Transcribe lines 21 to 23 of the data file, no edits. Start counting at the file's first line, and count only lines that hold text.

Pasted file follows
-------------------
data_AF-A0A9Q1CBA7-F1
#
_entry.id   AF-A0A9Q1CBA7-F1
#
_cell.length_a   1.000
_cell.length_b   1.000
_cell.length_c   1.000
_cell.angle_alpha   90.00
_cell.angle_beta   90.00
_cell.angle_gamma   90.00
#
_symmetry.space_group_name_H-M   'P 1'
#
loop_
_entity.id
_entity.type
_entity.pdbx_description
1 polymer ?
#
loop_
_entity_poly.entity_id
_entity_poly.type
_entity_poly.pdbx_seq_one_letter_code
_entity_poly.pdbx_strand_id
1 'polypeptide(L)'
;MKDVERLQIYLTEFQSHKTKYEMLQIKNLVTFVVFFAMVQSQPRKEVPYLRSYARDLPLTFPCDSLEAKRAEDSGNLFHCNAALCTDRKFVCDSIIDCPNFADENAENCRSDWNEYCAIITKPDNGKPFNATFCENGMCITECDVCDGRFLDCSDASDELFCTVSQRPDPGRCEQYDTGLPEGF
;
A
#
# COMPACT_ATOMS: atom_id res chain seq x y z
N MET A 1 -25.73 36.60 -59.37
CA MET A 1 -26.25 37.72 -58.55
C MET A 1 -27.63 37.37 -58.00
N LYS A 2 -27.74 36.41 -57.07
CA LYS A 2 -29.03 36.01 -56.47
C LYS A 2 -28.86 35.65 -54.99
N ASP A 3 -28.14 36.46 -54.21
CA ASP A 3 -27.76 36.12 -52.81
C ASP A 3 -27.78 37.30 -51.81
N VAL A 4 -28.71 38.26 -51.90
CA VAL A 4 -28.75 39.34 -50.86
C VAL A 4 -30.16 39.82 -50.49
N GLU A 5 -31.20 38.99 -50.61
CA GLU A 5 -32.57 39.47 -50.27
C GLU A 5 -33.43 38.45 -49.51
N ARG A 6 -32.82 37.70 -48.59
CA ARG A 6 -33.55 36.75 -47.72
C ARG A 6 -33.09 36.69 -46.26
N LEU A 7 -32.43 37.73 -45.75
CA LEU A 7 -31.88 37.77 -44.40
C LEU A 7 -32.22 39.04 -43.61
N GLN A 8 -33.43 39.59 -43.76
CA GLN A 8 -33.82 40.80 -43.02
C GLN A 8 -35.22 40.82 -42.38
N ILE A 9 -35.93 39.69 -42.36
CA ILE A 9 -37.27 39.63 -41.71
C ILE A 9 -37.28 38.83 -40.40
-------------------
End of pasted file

_entity_poly.entity_id
_entity_poly.type
_entity_poly.pdbx_seq_one_letter_code